Master storyteller Ted Chamberlin visits UVic

Ted Chamberlin and Val Napoleon

Storyteller, scholar, transformer. These are some of the words used to describe public intellectual and author Ted Chamberlin during his visit to the University of Victoria in April.

The author of books including the recent memoir The Banker and the Blackfoot and of the well-known If This Your Land: Where Are Your Stories? Finding Common Ground took part in three events in April in Victoria, including a sold-out public reading at the Robert Bateman Centre downtown.

Chamberlin spoke to his legacy at the April 12 panel discussion Storyteller, Scholar, Transformer. Panelists including History Department Chair John Lutz and English Professor Misao Dean discussed the influence of Chamberlin’s work to the fields of English, history, anthropology, political science and law.

Lutz said Chamberlin’s work “highlighted the value of stories and language for how we understand land, ownership and law.” Lutz had the opportunity to work with Chamberlin a decade ago on the book of essays Myth and Memory: Stories of Indigenous-European Contact.

“[The experience] changed my life. It changed my intellectual direction,” Lutz said.

Law Foundation Chair in Aboriginal Justice and Governance Val Napoleon said Chamberlin’s books raised questions around what stories are being told, who is telling them and who is silent.

“What aren’t we seeing in the stories we tell and in the stories we create?” she asked. “What stories do we want to create about the world? For my grandchildren and your grandchildren, what kind of stories should we be creating for them?”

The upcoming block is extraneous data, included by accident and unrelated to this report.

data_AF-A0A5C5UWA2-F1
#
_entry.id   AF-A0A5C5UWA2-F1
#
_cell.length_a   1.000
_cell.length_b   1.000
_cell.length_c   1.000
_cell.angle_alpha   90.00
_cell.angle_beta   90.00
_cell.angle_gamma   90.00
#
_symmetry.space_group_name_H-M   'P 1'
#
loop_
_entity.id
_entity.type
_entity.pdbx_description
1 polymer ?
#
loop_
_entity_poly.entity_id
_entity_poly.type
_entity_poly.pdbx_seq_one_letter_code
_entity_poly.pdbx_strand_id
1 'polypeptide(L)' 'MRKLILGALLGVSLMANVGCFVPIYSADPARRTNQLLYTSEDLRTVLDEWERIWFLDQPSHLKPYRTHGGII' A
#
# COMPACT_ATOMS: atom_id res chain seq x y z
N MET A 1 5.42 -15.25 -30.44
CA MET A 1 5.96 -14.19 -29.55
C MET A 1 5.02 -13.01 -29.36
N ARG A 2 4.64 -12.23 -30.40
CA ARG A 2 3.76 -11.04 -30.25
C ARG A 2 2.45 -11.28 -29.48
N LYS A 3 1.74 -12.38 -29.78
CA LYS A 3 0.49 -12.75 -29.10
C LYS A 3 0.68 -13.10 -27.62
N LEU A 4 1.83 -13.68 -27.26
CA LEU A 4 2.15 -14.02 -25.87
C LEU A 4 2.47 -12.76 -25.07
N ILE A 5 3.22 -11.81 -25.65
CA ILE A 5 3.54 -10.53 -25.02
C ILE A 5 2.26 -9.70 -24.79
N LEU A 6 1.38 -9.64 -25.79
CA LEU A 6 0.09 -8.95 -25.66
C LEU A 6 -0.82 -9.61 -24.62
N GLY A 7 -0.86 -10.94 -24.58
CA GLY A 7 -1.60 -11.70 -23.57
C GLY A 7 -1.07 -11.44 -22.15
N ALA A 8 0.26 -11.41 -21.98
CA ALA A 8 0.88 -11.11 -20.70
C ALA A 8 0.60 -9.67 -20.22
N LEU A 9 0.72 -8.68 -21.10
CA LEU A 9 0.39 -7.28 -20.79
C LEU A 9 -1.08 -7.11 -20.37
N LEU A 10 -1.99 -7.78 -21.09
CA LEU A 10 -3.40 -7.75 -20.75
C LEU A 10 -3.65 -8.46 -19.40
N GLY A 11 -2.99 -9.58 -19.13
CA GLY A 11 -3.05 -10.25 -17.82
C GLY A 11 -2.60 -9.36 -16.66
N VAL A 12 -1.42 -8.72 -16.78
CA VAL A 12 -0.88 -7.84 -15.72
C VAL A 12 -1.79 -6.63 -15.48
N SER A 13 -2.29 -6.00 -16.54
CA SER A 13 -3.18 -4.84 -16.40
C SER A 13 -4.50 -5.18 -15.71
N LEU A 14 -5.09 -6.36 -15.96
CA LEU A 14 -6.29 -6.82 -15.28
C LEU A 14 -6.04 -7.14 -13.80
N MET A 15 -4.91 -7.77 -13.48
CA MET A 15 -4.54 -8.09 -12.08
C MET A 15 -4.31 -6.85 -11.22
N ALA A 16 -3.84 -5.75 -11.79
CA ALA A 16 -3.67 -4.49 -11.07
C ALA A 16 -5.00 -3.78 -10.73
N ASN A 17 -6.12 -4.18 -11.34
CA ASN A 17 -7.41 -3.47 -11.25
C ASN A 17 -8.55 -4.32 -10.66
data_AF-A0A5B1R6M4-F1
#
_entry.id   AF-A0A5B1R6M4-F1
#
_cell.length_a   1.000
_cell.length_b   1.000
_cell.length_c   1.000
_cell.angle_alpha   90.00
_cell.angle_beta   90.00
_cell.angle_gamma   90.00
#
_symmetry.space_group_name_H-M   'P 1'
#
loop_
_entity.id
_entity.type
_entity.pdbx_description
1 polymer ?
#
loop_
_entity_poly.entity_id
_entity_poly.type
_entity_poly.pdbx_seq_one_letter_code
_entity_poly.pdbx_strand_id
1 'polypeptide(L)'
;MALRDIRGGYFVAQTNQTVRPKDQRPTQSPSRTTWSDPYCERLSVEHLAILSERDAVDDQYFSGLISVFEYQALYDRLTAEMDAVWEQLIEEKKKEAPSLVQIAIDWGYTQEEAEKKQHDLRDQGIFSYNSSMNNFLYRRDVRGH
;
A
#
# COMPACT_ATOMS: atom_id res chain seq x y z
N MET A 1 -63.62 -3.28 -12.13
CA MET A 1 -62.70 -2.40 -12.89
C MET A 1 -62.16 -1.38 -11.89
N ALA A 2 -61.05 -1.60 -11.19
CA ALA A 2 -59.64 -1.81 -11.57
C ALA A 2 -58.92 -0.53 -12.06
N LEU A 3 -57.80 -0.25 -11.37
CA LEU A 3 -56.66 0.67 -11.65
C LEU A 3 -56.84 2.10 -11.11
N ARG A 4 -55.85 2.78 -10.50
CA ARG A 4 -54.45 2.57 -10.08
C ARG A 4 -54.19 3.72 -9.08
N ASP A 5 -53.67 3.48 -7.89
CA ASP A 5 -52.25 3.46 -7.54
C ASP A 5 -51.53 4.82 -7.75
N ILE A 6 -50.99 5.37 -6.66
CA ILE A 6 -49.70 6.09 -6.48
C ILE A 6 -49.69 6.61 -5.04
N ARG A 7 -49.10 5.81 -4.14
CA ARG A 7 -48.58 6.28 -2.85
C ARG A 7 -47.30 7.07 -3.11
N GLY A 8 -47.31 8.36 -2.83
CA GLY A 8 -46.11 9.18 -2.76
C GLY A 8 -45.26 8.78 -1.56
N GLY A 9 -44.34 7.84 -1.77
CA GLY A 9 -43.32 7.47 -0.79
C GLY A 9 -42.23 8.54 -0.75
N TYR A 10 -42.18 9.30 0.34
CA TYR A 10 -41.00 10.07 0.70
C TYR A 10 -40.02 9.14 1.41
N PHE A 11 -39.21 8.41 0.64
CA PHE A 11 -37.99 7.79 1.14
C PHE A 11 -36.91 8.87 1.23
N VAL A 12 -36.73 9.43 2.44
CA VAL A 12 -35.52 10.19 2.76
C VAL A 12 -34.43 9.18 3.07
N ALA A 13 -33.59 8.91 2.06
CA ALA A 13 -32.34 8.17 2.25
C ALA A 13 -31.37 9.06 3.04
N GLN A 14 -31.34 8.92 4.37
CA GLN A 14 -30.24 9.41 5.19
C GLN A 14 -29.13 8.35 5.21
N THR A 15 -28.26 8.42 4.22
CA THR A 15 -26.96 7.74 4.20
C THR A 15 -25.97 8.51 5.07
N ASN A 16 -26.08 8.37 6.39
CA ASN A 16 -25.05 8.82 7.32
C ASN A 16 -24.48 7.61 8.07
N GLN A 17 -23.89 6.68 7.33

Dean said Chamberlin’s work has been “formative in my quest to figure out where I am, and where Canada is, and where the west is: and what stories have situated me in this place?”

She said Chamberlin’s book If This Your Land: Where Are Your Stories? changed how she thought as a Canadian literary scholar and teacher.

“He made us realize the way that the centuries-old devaluation of Indigenous oral traditions in comparison to written in literary studies was completely wrong-headed: that this devaluation was part of a pattern of colonialism that underlay the very foundations of my discipline,” Dean said.

Chamberlin, who spoke and took questions from the audience after the discussion, said he was humbled by the event.

“I’m trying to bring the humanity back into the humanities,” he said. “It does seem to me we need to remember it’s about people and communities and culture and language, the things that make us human.”

Chamberlin told the audience a story “can be so completely wrong, it obliterates people.” He encouraged people to think about how to reshape the story of Canada, starting with the country’s broken promises and breaches of trust with Indigenous peoples.

“We’ve got a real opportunity to retell these stories, to reimagine these stories in a way that make us whole again,” he said.

Later that evening, Chamberlin read to 85 people gathered at the Robert Bateman Centre for the event How Stories Transform the World, which included a Q&A with Napoleon. Chamberlin also participated in the session Covenant, Constitution, Commitments, Consent: The Power of Words, from Stories to Action, at UVic on April 13 about meaningful reconciliation with Indigenous communities.

Chamberlin’s visit was sponsored by the Centre for Global Studies and the faculties of Humanities and Law, with support from the departments of History, English and Political Science and UVic Libraries.